au -- preposition; <a, ad> to, up to, against, in, on + definite article; oblique
singular masculine <li> the -- when

congi -- noun; oblique singular <congi> permission to leave, permission, leave


-- his leave

prendre -- verb; infinitive <prendre> take, take hold of, seize -- taking
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Lesson Text

"Ma tres chiere dame,


vos qui estes mes cuers et m'ame,
mes biens, ma joie, et ma santez,
une chose m'acreantez
por vostre enor e por la moie." La dame tantost li otroie,
qu'el ne set qu'il vialt demander
et dit: "Biax sire, comander
me poez ce qui boen vos iert." Congi maintenant li requiert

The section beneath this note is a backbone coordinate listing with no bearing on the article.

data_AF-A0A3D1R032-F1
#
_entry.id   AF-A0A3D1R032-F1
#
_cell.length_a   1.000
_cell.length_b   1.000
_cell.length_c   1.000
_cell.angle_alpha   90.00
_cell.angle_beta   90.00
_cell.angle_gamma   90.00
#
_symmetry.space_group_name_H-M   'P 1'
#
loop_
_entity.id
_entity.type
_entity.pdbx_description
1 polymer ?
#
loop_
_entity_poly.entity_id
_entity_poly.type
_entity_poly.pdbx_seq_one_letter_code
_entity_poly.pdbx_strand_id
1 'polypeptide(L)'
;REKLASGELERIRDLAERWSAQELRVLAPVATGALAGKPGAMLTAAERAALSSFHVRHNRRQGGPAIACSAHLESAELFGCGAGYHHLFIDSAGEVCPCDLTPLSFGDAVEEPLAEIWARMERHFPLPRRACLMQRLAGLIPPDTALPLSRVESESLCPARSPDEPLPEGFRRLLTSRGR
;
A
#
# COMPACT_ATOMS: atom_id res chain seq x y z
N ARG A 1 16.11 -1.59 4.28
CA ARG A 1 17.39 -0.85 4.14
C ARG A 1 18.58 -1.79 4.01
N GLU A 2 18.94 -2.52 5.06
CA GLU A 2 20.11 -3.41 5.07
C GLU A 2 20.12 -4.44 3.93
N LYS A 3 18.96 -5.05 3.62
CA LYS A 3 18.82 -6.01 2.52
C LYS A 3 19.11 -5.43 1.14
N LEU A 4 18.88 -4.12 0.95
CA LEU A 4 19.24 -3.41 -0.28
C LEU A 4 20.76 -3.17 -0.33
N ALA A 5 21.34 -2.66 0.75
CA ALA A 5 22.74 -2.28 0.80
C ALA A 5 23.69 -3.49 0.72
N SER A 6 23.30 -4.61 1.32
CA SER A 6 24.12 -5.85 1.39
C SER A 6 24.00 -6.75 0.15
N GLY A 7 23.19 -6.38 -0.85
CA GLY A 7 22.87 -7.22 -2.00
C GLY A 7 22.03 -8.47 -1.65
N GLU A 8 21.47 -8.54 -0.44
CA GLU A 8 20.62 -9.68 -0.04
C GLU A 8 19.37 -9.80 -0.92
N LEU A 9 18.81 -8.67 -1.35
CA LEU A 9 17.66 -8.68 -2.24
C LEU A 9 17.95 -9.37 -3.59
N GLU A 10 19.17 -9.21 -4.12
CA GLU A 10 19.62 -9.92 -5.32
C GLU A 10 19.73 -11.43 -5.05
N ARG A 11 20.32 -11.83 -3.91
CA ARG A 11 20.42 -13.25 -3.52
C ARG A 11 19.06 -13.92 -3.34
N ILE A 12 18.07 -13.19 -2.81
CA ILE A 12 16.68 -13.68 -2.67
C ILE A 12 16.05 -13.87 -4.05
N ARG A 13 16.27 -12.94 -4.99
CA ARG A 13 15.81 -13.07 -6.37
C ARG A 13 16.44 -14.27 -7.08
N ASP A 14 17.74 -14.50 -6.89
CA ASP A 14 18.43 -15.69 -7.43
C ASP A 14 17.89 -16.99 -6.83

mes sire Yvains, de convoier
le roi, et d'aler tornoier,
que l'an ne l'apialt recreant. Et ele dit: "je vos creant
le congi jusqu'a un termine. Mes l'amors devanra hane,
que j'ai en vos, toz an soiez
sers, se vos trespassez
le terme que je vos dirai;
sachiez que ja n'en mantirai:
se vos mantez, je dirai voir. Se vos volez m'amor avoir
et de rien nule m'avez chiere,
pansez de tost venir arriere
a tot le moins jusqu'a un an
huit jorz aprs la Saint Johan
c'ui an cest jor sont les huitaves. De m'amor soiez maz et haves,
se vos n'iestes jusqu'a ce jor
ceanz avoec moi au retor." ... Mes or metroiz an vostre doi
cest mien anel, que je vos prest; et de la pierre quex ele est
vos voel dire tot en apert:
prison ne tient ne sanc ne pert
nus amanz verais et leax,
ne avenir ne li puet max; mes qui le porte, et chier le tient
de s'amie li resovient,
et si devient plus durs que fers;